At Commentary, John Steele Gordon writes:
Many people (and more than a few journalists) live in a continual present. The current recession or riot or oil spill or whatever is judged in a vacuum. So one of the most important functions of history is to give you a sense of perspective.
With Maxine Waters and Charlie Rangel in very hot water, with an assortment of their former fellow members of Congress currently or recently in jail, it’s easy to think of the current era as peculiarly corrupt. An amusing article in today’s New York Times shows that it is not. Indeed, it’s not even close. When William Hale Thompson, mayor of Chicago during much of the Prohibition era, died in 1944, his safe-deposit boxes were found to contain no less than $1.5 million in cash (worth at least ten times that in today’s dollars). Convicted former Congressman William Jefferson’s $90,000 worth of cash in the freezer is chump change by comparison.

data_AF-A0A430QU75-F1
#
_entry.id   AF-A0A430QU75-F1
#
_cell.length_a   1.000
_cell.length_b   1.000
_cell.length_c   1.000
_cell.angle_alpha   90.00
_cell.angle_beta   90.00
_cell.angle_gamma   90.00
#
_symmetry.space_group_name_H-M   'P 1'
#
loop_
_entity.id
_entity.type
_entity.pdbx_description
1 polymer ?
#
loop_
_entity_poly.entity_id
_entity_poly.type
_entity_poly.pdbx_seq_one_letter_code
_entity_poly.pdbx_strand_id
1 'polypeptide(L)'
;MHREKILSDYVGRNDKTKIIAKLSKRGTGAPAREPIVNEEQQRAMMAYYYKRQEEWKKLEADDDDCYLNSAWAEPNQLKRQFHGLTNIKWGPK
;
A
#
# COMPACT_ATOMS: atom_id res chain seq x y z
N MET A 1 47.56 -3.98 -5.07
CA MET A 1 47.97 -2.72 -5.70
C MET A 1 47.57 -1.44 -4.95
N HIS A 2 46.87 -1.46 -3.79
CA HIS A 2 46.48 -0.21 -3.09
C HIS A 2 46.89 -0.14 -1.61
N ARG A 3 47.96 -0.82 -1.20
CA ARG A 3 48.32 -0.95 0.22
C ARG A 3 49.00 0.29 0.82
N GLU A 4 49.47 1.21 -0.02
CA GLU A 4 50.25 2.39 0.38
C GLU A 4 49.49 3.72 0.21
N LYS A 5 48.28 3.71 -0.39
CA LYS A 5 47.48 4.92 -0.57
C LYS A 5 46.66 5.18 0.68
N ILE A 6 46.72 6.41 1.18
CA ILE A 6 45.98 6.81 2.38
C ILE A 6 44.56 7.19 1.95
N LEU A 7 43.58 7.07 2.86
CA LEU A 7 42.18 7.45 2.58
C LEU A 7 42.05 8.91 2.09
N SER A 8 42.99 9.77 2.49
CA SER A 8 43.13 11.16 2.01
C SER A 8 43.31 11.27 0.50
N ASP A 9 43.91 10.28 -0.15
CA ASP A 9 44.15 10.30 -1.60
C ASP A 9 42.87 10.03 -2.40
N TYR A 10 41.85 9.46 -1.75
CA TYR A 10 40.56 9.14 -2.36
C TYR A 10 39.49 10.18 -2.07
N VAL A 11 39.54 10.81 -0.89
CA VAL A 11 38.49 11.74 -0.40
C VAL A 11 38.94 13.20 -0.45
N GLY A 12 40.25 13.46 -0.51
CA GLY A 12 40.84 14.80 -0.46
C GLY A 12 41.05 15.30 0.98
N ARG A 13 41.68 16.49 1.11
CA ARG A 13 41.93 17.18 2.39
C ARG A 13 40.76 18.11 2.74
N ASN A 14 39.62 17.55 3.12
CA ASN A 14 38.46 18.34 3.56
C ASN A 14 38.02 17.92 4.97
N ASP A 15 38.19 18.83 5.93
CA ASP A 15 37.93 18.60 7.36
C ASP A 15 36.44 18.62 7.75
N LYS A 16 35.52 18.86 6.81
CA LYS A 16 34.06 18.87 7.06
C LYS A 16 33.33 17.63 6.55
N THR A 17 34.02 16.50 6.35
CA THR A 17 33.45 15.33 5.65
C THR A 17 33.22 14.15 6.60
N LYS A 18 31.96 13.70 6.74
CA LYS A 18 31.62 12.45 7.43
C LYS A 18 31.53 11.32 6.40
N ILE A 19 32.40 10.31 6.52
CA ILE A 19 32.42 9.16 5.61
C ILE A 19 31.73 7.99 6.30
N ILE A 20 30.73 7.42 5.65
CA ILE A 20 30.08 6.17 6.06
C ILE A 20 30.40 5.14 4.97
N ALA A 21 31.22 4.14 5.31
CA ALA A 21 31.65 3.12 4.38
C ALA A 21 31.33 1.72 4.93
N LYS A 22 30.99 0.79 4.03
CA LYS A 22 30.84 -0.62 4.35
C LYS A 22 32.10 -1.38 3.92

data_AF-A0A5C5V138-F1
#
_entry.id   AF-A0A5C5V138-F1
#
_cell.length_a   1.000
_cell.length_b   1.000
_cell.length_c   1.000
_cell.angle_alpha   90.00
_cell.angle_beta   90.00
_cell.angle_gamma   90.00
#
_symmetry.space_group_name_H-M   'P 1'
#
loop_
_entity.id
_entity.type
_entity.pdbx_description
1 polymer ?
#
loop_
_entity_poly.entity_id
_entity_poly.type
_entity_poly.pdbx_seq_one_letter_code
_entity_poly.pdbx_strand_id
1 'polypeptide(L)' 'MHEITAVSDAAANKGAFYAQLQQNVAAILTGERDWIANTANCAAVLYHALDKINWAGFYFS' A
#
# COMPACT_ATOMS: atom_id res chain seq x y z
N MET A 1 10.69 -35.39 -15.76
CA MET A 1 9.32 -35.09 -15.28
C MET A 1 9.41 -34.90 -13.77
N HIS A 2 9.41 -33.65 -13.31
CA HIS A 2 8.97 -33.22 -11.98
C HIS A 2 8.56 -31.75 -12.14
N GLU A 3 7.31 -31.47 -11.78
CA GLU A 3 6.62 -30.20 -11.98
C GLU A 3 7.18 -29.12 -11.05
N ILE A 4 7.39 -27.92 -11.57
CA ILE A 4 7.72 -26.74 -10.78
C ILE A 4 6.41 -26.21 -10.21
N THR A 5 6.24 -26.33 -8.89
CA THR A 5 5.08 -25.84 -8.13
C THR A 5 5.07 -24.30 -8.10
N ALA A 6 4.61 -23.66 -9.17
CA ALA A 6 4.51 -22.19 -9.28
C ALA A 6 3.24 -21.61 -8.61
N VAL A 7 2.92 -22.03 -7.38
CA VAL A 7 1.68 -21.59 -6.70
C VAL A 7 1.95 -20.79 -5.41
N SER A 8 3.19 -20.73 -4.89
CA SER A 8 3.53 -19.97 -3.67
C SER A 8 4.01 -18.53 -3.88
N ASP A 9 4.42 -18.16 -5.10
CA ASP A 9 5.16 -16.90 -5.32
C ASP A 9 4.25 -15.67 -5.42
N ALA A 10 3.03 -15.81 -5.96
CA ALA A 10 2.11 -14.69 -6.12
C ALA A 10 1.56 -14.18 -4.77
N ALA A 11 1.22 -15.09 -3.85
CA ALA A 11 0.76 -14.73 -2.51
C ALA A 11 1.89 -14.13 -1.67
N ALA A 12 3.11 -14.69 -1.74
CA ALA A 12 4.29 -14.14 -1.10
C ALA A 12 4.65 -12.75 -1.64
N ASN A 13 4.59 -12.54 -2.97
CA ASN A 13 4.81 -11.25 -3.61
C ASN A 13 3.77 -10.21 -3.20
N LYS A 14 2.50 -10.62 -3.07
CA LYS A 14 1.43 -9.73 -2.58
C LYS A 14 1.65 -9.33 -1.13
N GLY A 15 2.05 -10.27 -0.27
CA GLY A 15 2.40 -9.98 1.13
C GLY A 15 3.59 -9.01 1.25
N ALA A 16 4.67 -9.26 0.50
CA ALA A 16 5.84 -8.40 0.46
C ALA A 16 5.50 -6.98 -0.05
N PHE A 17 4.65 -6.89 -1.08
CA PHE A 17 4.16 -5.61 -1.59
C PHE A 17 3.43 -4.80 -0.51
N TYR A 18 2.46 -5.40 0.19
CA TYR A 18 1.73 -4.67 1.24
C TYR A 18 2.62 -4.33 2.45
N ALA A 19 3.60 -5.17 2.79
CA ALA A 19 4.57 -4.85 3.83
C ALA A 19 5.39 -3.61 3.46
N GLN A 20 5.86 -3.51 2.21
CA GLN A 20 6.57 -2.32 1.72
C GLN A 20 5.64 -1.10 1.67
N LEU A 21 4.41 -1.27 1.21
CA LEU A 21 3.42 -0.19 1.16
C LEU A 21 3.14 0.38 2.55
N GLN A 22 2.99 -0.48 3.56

But even the Prohibition era pales by comparison with New York in the late 1860’s. All branches of government in both the city and the state were corrupt. An English magazine wrote in 1868 that “in New York there is a custom among litigants, as peculiar to that city, it is to be hoped, as it is supreme within it, of retaining a judge as well as a lawyer.” The great New York diarist (and lawyer) George Templeton Strong, wrote in his diary in 1870, “The Supreme Court [in New York state, the trial court, not the court of last appeal] is our Cloaca Maxima, with lawyers for its rats. But my simile does that rodent an injustice, for the rat is a remarkably clean animal.”
Heh. As far as those who “live in a continual present,” as Gordon puts it, check out Mark Steyn’s thoughts from a few years ago on “present-tense culture.”